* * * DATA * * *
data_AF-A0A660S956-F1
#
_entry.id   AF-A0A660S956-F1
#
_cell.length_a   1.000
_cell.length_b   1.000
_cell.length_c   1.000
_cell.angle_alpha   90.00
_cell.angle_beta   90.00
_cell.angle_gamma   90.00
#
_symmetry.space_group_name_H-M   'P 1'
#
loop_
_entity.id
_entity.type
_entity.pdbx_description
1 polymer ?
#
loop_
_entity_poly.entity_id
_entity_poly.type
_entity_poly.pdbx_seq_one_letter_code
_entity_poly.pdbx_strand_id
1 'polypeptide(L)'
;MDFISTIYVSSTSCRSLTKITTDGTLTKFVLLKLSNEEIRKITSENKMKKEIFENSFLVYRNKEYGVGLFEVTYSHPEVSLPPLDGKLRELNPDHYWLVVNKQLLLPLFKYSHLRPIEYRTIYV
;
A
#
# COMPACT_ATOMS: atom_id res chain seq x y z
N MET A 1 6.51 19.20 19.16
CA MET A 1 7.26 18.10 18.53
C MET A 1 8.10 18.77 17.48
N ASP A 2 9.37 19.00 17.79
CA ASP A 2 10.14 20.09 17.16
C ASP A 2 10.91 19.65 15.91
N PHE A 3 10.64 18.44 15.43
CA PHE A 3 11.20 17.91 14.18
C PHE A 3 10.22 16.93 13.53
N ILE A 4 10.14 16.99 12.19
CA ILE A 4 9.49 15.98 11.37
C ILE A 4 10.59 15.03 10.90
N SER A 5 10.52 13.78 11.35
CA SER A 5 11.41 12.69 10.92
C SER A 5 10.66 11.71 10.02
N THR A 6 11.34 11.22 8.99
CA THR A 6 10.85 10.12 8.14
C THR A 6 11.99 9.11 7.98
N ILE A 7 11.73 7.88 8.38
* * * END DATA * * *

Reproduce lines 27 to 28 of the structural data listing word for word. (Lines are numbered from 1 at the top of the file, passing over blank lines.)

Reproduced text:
;
A